Review: Groovebug iPad App

Groovebug aims to solve (or help) the issue of musical serendipity in the iPad way. I like this, so I will probably like this, and I get nicely done biographical info on the artist, preplays on music (all the tracks available in iTunes, yes, the app makes money via affiliate), and videos (YouTube).

Groovebug solves the iPad factor very nicely, but has issues when it comes the other two parts. Videos via YouTube can sometimes be very, let’s say, demanding on the eyes and ears. And the important serendipity stuff – I like this, so I’ll probably like that – should be done with one of those music finders that is already out there, e.g. Music Map. I suspect that they offer curated lists at the moment, for suggesting similar artists they have vetted, put affilliated tracks against and chosen appropriate videos for. That makes sense to ensure a good first experience, but has it’s limits. There are most likely more than the 23 bands listed in the genre Nu Metal, more than 21 in Funk Metal. Chances are that I already know the mainstream answers to the trivia question “name a funk metal” band and am looking to expand my horizon.

But, I am hopeful that future updates will solve some of the issues, this could be a fun app for the couch surfing 😉


Secondary screens sind nicht primary screens!

Es ist leider schon spät und ich bin zu faul über entsprechende Übersetzungen für den Titel nachzudenken, Vorschläge sind willkommen.

Dank Blog- und Twitter-Posts der Third Wave-Crew denke ich diese Woche viel über Secondary Screens nach. Diese verstehe ich als stützende, nicht-ablenkende Displays. Dort sieht man zum Beispiel das Wetter am morgen, oder die Uhrzeit, oder Verkehrsinformationen, oder die Status-Meldung vom Chef.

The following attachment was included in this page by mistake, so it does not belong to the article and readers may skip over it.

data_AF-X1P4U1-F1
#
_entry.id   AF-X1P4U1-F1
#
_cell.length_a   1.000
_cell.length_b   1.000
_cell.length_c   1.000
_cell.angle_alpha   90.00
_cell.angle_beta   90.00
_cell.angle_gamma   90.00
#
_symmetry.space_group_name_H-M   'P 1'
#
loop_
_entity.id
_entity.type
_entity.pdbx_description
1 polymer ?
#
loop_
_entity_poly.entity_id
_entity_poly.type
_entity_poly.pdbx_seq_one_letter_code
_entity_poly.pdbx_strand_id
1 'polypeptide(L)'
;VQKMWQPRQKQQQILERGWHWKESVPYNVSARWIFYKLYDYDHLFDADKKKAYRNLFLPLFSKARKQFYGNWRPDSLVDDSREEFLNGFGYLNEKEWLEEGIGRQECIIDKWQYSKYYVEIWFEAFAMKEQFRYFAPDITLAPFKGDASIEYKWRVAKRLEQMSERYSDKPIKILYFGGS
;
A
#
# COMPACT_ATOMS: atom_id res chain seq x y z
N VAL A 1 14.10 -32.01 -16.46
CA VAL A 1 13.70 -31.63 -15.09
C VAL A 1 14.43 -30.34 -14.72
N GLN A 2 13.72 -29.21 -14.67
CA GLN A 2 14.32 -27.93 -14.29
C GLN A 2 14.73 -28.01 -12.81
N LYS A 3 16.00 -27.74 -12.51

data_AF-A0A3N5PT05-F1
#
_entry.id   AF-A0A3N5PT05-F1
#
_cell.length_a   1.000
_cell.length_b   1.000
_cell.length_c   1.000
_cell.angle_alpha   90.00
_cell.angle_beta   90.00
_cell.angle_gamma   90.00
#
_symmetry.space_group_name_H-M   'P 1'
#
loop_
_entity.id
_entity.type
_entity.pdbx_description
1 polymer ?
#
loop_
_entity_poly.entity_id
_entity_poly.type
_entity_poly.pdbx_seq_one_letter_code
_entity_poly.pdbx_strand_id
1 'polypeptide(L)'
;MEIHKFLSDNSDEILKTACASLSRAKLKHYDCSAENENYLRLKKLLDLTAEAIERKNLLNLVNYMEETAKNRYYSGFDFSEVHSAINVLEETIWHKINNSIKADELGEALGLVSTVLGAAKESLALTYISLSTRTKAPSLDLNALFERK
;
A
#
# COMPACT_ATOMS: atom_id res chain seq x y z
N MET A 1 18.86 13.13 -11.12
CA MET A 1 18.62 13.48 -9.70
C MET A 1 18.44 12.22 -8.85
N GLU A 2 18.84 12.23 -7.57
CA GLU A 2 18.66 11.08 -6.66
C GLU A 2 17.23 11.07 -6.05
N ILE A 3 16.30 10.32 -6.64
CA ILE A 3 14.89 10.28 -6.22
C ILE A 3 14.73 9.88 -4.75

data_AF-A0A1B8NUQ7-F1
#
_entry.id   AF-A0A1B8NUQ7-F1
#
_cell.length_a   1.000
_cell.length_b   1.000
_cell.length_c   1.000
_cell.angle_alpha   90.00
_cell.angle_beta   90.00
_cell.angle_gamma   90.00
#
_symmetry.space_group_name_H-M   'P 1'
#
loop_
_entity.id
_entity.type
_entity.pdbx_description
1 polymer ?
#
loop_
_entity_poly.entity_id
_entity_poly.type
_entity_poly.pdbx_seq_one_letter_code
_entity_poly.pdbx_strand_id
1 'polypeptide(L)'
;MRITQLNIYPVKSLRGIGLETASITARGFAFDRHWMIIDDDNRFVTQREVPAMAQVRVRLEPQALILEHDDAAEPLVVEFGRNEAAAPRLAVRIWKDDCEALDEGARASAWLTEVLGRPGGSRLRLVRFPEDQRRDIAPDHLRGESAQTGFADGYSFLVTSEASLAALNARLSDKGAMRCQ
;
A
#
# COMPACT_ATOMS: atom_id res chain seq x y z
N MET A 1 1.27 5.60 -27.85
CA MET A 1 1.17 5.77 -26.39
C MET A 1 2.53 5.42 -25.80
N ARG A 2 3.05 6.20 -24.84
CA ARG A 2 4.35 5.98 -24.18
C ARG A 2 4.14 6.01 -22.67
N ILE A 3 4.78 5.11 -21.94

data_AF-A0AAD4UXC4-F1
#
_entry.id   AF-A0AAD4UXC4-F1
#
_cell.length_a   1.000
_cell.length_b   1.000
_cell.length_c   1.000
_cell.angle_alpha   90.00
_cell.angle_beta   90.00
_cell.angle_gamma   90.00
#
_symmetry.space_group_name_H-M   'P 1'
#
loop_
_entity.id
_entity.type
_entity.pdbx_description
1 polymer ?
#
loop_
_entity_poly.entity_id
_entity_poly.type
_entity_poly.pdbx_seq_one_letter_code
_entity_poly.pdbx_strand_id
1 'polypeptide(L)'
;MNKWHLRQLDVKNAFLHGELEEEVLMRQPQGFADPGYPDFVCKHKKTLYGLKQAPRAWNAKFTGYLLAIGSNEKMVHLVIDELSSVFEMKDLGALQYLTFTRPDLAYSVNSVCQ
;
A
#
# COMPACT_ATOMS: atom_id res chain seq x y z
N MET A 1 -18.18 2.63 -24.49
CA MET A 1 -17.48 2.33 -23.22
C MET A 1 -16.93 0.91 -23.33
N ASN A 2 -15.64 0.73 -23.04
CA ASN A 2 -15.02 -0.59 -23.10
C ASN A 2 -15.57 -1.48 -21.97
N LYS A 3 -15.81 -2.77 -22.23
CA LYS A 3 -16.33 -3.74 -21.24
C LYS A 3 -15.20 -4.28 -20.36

Das iPad fühlt sich noch neu an, ich muss den besten Nutzen im Büro und zu Hause (abgesehen von Surfen und Kinder-Apps) noch erforschen. DisplayPad und Splashtop könnten Lösungen sein, um aktuelle Arbeit mit zu nehmen, aber was kann das iPad beim Frühstück, in passiver Form? Wetter? Baustellen in Hamburg? Der Schlüssel ist tatsächlich herauszufinden, was passiv funktioniert. Beim Frühstück ist der primäre Screen das Frühstück mit den Kindern, das will ich nix hin- und herschieben.

Diese Unterscheidung ist extrem wichtig und die Gefahr dies zu verwechseln ist groß. Beispiel Verkehrsampel. Viele Autofahrer gucken beim abbiegen zuerst auf die Ampel; schauen, ob grün oder rot angezeigt ist und wenn es rot ist, dann wird erstmal Stunk gemacht, statt tatsächlich zu gucken, ob Menschen die Straße überqueren.

Diese Dissonanz zwischen den Screens gilt es zu vermeiden, gerade wenn man als Werbetreibender vielleicht auch versucht, den einen oder den anderen Screen zu erobern. Unterstützung, nicht Konkurrenz.